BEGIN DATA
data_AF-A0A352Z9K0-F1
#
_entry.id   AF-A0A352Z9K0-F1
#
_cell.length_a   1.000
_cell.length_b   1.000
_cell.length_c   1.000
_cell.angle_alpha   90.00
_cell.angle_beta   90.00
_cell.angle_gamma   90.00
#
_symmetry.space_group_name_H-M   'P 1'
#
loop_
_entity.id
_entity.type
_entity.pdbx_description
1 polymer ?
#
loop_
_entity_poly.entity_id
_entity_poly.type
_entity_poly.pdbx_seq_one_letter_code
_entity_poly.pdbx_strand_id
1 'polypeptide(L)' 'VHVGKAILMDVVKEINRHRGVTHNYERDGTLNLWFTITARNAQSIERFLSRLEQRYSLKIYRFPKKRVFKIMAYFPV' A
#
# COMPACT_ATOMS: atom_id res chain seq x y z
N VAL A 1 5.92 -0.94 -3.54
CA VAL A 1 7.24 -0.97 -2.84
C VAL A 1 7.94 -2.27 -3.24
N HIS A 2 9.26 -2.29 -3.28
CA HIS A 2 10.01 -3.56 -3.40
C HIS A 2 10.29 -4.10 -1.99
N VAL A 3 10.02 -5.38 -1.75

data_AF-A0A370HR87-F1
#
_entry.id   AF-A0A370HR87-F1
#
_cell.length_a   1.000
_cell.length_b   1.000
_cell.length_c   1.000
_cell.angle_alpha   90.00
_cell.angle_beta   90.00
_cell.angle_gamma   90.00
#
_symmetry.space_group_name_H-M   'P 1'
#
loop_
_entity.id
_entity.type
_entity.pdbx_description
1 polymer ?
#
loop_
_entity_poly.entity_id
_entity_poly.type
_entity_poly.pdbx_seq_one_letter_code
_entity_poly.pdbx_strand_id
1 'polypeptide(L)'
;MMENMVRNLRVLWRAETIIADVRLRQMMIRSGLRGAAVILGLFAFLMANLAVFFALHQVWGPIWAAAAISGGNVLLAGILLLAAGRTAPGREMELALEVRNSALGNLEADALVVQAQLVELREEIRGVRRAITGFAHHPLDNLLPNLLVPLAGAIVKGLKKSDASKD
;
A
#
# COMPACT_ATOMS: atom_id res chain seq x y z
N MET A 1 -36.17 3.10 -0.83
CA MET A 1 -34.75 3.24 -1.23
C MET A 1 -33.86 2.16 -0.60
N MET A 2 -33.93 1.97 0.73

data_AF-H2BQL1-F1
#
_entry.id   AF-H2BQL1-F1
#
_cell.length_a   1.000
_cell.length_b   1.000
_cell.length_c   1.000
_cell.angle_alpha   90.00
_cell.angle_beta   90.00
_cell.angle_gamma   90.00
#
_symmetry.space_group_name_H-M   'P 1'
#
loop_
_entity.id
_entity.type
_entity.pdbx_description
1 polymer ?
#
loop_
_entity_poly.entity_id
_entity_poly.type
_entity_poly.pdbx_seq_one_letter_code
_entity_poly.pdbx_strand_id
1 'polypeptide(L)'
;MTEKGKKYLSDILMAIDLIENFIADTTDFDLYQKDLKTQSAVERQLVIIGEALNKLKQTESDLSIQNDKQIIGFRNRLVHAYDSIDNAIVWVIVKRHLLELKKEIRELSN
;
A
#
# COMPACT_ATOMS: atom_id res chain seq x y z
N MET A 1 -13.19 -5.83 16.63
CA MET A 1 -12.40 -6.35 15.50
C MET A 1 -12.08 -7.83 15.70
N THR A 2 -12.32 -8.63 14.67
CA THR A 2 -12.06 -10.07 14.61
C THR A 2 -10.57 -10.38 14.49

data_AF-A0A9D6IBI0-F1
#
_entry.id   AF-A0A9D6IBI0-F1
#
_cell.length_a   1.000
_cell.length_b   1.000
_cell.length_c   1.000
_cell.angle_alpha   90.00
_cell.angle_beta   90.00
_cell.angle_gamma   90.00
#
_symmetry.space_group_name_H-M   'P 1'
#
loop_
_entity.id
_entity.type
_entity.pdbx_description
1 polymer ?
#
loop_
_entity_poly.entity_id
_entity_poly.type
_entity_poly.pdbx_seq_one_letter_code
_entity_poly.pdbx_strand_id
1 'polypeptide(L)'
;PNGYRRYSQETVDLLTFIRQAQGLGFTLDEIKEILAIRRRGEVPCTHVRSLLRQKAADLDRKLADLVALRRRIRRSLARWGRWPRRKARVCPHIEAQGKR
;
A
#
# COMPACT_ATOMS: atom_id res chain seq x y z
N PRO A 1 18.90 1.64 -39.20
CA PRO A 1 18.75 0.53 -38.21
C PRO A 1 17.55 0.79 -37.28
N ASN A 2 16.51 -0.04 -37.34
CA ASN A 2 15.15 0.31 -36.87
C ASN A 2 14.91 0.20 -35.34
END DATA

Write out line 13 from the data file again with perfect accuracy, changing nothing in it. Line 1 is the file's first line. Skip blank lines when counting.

#